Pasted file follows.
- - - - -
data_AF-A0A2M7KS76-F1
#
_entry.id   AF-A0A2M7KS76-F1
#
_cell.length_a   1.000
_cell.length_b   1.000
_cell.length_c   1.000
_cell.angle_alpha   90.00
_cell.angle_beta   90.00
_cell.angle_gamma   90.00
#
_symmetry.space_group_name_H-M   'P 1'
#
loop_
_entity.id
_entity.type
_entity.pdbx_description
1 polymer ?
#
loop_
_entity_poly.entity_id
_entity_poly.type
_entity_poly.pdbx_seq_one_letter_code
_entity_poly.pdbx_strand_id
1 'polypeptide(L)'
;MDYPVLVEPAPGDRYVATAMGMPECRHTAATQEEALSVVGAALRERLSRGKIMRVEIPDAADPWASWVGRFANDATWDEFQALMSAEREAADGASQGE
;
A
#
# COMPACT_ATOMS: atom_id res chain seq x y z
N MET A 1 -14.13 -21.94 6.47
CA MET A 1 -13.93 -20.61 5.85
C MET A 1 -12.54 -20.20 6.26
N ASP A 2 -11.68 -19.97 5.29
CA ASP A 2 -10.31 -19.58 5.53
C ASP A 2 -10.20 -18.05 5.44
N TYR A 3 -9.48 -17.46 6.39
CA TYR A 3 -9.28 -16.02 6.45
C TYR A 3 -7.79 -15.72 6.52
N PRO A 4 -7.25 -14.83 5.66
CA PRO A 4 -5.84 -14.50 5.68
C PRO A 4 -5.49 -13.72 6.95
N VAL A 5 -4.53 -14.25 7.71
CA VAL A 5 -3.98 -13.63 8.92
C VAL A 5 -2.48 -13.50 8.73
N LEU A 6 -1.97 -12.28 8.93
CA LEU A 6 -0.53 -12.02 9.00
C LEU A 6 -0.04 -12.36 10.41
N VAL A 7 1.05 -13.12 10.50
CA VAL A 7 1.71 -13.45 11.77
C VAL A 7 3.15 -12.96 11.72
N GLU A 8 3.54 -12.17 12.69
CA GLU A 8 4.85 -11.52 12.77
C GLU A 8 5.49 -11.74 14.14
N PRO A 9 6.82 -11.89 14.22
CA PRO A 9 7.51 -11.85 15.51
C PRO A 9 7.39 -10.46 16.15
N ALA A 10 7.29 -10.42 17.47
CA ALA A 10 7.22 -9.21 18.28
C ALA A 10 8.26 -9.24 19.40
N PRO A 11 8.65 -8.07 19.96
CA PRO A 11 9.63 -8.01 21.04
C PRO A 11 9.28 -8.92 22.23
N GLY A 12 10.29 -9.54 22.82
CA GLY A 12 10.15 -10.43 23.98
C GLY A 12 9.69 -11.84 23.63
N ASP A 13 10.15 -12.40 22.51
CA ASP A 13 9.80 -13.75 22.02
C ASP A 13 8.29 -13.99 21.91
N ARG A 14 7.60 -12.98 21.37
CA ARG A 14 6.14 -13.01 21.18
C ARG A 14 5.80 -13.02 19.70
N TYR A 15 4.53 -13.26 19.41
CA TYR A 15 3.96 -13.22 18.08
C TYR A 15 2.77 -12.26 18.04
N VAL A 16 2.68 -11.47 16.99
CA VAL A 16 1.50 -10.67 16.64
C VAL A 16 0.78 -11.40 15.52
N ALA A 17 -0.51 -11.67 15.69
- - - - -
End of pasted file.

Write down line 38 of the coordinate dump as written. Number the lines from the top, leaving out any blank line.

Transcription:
CA TYR A 3 -9.28 -16.02 6.45